Horrible Bosses

In: Film and Music

Submitted By leslieabinuman
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REFLECTION PAPER: “Horrible Bosses” One of the worst scenarios that an employee may dream of is having a difficult boss to work under. Bosses that are too strict, give too much work, insensitive or impatient are some of the characteristics that employees don’t like. Let’s face it, I don’t think anyone would like bosses or superiors like that.

The film “Horrible Bosses” shows three friends – Nick Hendricks, Dale Arbus and Kurt Buckman struggle working under their own “horrible” bosses. Nick works under David Harken who reprimands Nick and saying that Nick isn’t fit yet for a promotion so he awards it on himself. On the other hand, Dale works as an assistant for Dr. Julia Harris who continues to sexually harass Dale despite of him being engaged. Julia even threatens to show Stacy (Dale’s fiancé) some intimate pictures of her and Dale if he wouldn’t have sex with her. Lastly, since Kurt’s original boss died, he now works for his boss’ son whose name is Bobby that is a drug addict and doesn’t really care about the company at all. With these circumstances, they’ve decided to kill their respective bosses.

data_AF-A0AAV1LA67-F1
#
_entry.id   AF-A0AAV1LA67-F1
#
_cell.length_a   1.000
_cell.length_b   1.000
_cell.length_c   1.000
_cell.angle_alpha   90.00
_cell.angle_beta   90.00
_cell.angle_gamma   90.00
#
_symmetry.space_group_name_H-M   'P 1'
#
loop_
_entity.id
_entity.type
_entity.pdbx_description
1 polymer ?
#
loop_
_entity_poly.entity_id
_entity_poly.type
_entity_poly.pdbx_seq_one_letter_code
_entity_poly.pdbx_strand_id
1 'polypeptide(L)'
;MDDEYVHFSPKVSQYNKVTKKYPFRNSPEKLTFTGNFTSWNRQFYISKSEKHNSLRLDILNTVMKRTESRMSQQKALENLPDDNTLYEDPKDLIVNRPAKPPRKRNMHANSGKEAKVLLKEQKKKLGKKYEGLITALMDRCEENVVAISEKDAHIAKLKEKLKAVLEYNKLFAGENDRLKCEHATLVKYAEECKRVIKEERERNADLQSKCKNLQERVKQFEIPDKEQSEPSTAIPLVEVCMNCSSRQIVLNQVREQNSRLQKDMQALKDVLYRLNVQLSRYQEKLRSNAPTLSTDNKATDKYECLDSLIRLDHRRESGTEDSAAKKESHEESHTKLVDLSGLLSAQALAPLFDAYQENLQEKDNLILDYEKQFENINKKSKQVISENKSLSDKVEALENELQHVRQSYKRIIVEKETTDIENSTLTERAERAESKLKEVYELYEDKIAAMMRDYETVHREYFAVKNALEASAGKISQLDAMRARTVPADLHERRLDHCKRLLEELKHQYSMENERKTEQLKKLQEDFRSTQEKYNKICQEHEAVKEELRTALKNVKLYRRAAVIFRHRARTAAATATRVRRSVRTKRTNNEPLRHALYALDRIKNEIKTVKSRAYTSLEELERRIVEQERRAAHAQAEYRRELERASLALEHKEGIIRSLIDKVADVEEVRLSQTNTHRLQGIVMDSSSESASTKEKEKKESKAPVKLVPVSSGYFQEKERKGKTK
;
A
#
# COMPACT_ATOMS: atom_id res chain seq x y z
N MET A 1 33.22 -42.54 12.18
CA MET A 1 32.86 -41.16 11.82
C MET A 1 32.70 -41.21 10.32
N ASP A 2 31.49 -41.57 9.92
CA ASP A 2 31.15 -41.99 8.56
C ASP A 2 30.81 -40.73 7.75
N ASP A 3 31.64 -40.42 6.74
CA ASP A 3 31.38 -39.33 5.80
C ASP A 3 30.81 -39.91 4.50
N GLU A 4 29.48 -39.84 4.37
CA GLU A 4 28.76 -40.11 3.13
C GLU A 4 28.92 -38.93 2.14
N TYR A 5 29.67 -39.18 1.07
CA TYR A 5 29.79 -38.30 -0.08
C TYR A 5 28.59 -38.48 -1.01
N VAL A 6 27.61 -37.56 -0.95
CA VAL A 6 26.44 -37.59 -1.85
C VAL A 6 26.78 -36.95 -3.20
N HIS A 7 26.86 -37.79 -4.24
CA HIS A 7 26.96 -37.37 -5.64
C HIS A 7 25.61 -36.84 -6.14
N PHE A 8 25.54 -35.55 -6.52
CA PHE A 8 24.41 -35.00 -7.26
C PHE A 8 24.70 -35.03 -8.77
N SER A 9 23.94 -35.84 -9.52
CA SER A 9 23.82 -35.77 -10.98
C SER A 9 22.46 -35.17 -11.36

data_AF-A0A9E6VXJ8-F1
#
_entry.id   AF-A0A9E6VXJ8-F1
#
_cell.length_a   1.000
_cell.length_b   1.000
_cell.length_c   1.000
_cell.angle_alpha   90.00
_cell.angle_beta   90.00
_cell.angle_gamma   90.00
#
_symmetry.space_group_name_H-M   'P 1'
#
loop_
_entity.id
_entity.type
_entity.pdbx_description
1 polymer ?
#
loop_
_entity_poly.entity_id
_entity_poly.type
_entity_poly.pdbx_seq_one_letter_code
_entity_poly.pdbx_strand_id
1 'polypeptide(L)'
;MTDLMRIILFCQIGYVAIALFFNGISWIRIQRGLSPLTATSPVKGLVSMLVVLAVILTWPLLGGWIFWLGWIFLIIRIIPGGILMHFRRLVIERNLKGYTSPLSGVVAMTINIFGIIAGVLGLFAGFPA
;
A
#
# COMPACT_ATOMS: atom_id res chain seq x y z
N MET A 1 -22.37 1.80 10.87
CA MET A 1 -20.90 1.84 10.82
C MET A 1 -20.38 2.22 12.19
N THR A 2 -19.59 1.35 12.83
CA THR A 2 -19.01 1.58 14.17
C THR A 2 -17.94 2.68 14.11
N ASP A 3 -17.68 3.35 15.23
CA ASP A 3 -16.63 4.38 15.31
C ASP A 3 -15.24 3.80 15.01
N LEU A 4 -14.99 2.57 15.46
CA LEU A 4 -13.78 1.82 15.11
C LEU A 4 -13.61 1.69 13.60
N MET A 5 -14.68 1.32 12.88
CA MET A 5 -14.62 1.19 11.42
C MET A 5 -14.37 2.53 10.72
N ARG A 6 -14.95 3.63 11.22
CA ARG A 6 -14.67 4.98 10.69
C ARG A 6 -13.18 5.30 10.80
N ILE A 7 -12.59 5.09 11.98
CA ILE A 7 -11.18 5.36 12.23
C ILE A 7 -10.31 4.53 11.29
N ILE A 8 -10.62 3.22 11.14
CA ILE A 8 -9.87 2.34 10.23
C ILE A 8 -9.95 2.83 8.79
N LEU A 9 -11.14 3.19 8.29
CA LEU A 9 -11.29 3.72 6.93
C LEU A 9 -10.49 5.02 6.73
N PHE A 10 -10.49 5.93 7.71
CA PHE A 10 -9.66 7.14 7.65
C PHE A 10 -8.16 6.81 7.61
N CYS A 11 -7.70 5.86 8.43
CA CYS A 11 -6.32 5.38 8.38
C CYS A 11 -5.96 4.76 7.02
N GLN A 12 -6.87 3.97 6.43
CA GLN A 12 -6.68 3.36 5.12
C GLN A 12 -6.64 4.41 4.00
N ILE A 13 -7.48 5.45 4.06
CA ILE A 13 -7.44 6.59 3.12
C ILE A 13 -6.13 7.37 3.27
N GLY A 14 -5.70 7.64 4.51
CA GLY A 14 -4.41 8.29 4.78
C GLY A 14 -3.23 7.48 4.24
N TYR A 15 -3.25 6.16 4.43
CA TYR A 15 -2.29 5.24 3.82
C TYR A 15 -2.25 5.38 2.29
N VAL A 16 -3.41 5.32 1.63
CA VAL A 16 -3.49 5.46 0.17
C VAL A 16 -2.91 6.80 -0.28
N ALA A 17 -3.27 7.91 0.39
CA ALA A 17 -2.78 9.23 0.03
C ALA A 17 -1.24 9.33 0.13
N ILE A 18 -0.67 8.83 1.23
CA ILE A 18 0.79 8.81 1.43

Over the course of studying Human Resource Management (HRM), I have realized that Human Resource, in its simplest form, is about improving an employee’s work environment in order for the organization to maximize its employee’s skills and potential. The film “Horrible Bosses” illustrated how an employee’s work environment – in this case, their respective employers - can affect their performance and thinking, even to the extent of wanting to murder their bosses.

Among other things, I think what the film basically wants to show is one significant point – no matter what your position is; even if you’re superior or not, even if you’re the boss or not, a harmonious relationship always starts with MUTUAL respect. It is critical that both or all of the individuals…...

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